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Mobile Phone Manufacturers are Frustrated

Reacting to one of those "either lead, follow, or get out of my way" frustrating moments of inaction, apparently mobile phone manufacturers are now ready to take a more proactive role in promoting value-added product capabilities, as the 'marketing challenged' service providers fail to stimulate market growth across key performance indicators.

Nokia's acquisition of Loudeye put it squarely at odds with its largest customers, but it is still the right move. According to Pyramid Research analyst Guy Zibi, he argues that Nokia can't grow if its model is inherently tied to carrier subsidies. The move also puts Nokia in a position to launch a cell/phone music player before Apple does.

"Nokia has to free itself from the shackles of cellular-only and become a strong electronics/multimedia manufacturer which just happens to have a strong foundation in mobile handsets," comments Zibi.

The company has made other moves in that direction, most notably a revamping of its U.S. distribution network to emphasize its own stores, and more investment in building brand equity in the U.S. market. "Mobile carriers -- not Nokia -- are swimming against the tide," states Zibi. "Their main, albeit vulnerable, leverage is handset subsidization."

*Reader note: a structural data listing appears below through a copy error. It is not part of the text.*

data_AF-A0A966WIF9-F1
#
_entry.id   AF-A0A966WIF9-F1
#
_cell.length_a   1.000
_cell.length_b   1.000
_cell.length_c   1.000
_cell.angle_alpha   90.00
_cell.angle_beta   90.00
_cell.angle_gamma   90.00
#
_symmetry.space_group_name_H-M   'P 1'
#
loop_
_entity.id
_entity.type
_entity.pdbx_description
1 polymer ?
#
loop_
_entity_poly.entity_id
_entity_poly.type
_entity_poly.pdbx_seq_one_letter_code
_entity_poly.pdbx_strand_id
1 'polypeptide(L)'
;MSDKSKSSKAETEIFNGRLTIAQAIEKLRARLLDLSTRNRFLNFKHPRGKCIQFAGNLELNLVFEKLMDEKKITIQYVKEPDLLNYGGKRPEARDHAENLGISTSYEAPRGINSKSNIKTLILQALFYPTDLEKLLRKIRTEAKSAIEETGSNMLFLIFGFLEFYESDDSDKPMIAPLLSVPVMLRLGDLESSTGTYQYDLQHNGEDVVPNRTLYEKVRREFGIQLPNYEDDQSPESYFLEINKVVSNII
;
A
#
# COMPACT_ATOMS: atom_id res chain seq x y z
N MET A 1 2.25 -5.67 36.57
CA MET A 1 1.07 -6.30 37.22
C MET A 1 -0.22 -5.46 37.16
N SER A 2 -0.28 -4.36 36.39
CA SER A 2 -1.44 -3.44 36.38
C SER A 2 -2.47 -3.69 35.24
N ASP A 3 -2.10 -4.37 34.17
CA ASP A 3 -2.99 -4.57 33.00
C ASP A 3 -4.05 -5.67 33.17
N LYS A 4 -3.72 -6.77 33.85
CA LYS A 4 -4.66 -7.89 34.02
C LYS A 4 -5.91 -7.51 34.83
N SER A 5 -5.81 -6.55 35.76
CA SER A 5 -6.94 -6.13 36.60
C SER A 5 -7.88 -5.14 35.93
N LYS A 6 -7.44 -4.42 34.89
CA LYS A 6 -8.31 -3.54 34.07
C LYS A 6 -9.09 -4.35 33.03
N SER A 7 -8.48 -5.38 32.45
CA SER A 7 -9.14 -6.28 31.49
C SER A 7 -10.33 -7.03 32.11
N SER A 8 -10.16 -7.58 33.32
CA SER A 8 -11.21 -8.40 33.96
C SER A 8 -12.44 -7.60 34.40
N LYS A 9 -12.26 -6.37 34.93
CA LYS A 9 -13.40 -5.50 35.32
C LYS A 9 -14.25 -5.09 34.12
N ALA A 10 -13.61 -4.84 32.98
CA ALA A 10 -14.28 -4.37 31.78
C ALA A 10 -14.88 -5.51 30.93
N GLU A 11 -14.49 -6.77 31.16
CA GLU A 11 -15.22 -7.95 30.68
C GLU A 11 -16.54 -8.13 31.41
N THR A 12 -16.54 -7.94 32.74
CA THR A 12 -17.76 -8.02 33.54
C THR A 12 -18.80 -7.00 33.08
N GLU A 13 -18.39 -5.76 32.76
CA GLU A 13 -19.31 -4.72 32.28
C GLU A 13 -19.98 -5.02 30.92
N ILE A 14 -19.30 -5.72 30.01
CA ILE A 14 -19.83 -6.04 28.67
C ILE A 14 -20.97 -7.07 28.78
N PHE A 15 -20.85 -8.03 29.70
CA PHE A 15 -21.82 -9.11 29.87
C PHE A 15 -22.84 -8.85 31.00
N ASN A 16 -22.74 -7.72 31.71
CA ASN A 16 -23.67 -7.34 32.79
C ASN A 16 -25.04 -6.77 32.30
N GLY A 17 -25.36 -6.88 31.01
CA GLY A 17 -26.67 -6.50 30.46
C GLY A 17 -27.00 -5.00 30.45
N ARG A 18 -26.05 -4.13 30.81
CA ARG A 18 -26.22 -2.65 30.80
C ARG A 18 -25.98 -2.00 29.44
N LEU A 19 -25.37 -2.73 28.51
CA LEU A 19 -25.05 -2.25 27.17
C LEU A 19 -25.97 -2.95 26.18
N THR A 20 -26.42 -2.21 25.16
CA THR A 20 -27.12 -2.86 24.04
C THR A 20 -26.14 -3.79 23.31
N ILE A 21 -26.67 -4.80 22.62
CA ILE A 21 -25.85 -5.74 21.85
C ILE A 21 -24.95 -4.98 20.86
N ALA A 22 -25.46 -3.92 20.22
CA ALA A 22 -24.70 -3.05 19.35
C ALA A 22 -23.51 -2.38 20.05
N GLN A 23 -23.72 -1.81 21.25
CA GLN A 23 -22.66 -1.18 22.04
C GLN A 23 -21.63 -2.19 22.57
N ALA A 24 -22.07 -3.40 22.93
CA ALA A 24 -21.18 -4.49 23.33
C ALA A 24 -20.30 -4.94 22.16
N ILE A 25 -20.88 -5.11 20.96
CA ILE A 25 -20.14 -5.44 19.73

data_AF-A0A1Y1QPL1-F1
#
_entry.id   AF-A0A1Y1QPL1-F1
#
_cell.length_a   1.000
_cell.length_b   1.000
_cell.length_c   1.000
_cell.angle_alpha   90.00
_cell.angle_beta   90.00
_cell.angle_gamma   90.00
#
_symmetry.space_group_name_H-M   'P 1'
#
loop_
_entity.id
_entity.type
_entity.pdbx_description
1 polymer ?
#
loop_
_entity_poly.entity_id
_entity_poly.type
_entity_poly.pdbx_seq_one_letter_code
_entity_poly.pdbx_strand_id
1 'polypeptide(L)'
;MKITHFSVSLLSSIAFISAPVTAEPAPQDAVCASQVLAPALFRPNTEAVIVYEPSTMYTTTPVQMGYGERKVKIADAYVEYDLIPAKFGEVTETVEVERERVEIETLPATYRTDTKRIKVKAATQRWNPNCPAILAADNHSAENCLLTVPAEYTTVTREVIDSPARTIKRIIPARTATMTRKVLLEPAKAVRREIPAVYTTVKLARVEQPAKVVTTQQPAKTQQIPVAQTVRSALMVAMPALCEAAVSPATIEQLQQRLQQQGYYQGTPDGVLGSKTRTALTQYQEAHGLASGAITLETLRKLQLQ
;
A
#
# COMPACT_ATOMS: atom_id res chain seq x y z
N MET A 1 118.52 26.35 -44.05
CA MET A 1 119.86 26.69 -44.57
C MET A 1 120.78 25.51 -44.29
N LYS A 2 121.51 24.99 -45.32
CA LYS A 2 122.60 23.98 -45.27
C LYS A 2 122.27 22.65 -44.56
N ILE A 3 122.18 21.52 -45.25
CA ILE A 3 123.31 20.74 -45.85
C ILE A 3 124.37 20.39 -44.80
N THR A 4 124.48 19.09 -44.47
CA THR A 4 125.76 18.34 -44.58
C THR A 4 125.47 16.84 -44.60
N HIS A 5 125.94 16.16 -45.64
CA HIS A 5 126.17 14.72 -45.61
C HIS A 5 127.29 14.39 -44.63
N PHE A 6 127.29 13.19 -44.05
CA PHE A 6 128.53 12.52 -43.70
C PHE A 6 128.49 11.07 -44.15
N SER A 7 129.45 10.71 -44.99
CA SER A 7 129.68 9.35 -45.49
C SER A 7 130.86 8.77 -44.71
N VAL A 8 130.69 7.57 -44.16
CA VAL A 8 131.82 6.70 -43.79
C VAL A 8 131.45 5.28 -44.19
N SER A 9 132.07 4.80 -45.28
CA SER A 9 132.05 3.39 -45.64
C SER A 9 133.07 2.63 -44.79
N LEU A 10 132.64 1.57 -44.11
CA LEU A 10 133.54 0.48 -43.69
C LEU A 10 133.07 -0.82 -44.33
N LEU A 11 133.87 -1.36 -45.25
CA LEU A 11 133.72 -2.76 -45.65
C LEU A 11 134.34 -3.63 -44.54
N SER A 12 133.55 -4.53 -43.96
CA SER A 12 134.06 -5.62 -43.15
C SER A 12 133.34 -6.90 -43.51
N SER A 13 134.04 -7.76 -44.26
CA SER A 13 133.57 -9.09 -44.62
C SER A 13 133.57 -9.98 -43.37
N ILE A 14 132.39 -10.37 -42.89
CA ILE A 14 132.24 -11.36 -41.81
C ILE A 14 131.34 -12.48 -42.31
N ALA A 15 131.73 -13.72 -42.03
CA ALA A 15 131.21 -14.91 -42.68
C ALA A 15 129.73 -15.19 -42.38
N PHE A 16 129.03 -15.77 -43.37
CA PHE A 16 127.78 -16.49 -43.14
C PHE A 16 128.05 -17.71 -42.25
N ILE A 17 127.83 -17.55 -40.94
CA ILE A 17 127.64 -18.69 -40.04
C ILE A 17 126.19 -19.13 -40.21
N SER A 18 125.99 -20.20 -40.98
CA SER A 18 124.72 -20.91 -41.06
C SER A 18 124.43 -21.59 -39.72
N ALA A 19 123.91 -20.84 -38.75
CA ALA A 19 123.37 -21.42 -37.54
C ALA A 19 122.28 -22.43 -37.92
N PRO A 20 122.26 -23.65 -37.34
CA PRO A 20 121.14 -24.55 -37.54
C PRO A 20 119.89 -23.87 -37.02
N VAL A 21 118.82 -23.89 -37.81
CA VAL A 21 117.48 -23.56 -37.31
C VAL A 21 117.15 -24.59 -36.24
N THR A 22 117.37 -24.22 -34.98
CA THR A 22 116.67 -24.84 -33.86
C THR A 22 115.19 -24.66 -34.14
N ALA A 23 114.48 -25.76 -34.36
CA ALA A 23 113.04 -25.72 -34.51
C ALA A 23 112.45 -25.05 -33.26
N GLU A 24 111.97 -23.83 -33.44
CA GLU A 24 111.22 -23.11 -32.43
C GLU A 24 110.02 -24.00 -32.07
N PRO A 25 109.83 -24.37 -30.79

Pyramid found that mobile carriers are unlikely to subsidize or even stock handsets that would cut them off the value chain. In markets such as the U.S. where handset manufacturers are extremely dependent on network operator brands, the leverage could be effective in the short term.

"Ultimately, mobile carriers would be denying their subscribers the opportunity to fully converge their handsets and portable music players," continues Zibi. "This could potentially create opportunities for those mobile carriers that would effectively encourage such convergence."

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